But there are some newer regimens, including the tafasitamabcxix [Monjuvi] regimen with lenalidomide [Revlimid], as well as selinexor [Xpovio].

How is the tafasitamab regimen different from others available in this setting?

One reason is that it has a different mechanism of action. It’s not like giving someone yet another cytotoxic chemotherapy. That’s appealing in the sense that if someone had chemotherapy-refractory disease, perhaps using a different regimen might produce a different outcome for that patient.

Which data support the use of tafasitamab in this patient population?

This summer, tafasitamab was approved in combination with lenalidomide for patients with previously treated relapsed DLBCL.2

The L-MIND study [NCT02399085] looked at the combination of tafasitamab and lenalidomide.3 Basically, tafasitamab is an anti-CD19 antibody that’s been engineered to increase the Fc portion of the antibody [that] has been engineered to improve its ADCC [antibody-dependent cellular cytotoxicity] and ADCP [antibody-dependent cellular phagocytosis] properties. Of course, combining it with lenalidomide makes it a potentially good combination.3

There was an induction schedule, followed by cycles 1 through 3, and then cycles 4 through 12 given every other week. Lenalidomide is given [at] 25 mg daily on days 1 through 21. And then, once you get to a year of therapy, the lenalidomide drops out and patients just receive tafasitamab.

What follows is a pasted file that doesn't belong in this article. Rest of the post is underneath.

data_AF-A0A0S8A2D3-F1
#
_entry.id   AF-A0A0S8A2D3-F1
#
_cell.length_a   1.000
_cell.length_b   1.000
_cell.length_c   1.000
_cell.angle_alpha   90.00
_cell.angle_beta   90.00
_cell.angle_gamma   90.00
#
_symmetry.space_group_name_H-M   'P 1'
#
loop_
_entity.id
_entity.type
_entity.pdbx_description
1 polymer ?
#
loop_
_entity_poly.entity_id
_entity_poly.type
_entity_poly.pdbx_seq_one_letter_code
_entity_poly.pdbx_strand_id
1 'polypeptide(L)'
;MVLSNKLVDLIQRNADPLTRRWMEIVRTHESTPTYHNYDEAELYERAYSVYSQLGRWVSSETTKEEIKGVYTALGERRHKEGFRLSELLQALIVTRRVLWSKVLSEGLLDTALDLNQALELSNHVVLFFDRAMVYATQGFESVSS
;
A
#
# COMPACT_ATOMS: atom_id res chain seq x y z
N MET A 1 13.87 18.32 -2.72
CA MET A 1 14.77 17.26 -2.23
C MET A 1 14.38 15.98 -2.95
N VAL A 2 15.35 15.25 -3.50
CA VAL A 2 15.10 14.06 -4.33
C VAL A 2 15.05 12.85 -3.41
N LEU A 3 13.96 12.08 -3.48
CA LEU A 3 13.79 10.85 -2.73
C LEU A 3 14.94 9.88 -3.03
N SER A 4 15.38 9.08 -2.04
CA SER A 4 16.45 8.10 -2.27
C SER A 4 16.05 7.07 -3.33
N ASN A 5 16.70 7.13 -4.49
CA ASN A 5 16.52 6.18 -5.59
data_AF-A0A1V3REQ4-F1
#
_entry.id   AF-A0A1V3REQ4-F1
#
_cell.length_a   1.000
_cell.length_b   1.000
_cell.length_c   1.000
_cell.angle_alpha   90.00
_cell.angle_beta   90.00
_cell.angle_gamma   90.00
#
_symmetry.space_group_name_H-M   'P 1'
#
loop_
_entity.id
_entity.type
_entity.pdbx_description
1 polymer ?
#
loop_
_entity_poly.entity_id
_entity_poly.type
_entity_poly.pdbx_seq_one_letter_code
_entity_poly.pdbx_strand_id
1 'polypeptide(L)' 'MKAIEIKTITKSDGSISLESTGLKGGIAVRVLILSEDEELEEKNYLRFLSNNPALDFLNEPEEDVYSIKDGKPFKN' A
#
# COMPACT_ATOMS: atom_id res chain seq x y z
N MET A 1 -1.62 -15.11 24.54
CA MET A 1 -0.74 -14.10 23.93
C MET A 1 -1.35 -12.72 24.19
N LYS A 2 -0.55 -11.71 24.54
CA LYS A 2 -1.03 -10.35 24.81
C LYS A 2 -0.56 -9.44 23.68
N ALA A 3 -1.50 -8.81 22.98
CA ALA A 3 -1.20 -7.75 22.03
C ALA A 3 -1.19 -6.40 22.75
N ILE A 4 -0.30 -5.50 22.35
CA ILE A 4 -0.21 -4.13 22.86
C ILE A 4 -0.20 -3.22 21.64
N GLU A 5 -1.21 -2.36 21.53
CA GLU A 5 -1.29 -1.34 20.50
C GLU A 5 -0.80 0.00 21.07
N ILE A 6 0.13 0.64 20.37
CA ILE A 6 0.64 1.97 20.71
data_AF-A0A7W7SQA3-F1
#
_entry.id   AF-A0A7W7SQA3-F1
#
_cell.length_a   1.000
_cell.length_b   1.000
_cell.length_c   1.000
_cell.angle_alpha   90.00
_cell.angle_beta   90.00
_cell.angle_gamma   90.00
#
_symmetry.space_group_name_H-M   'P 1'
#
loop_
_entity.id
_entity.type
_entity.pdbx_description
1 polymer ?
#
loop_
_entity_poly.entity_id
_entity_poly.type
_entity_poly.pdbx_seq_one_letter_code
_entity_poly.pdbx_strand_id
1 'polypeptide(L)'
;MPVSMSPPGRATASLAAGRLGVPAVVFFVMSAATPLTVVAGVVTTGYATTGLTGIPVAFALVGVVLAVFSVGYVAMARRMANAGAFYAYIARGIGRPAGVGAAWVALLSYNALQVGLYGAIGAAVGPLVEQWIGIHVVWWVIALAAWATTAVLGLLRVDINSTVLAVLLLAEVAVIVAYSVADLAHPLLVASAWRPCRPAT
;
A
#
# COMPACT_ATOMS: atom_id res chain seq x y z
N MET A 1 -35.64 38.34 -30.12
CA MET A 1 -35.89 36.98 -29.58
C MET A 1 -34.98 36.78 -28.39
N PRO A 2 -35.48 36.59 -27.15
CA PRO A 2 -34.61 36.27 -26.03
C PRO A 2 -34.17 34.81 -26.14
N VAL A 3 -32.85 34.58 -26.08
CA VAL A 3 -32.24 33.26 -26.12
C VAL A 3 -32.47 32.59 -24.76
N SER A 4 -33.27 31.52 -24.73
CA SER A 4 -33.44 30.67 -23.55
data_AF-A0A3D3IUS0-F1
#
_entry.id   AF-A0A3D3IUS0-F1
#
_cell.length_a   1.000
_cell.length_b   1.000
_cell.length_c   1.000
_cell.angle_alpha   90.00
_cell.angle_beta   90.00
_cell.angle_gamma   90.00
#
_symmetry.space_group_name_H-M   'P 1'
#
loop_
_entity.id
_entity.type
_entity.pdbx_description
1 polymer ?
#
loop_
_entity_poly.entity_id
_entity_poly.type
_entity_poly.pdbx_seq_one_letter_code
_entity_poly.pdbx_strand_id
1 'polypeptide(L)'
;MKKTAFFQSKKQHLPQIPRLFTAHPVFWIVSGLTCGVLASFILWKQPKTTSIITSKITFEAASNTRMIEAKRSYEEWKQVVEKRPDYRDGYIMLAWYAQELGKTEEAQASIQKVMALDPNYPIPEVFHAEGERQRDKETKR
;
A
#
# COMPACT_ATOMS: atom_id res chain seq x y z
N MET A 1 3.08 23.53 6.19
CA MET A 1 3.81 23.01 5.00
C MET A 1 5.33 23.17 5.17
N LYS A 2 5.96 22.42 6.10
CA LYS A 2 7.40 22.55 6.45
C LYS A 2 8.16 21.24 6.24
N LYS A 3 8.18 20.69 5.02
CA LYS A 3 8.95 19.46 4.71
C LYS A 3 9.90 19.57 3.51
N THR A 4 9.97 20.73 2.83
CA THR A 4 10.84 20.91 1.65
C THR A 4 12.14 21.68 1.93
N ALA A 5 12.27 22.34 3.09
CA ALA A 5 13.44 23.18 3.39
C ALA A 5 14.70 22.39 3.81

The patients who were eligible for this trial had to have a maximum of 1 to 3 prior regimens. They couldn’t be considered eligible for transplant or have primary refractory disease. The patient we just talked about, in fact, would have been excluded from this trial.

The overall objective response rate was 60% [95% CI, 48%-71%], with many of these patients having complete remissions. Some of these remissions were quite durable, with a duration of response greater than a year [median, 21.7 months]. It did vary, depending on what the patient’s initial response was. Patients who had a complete response, of course, did better than patients with partial responses.

The baseline characteristics of the patients on the trial [revealed] a median age of 72 years. These were predominantly patients with advanced-stage disease, many had elevated LDH, and the median number of prior lines of therapies was 2. About half of these patients had 1 prior line of therapy, and the rest had 2 or more. There were not that many people with primary refractory disease. If they had been primary refractory, they would have gone on to receive another line of therapy before entering onto the trial. About half were refractory to the last treatment.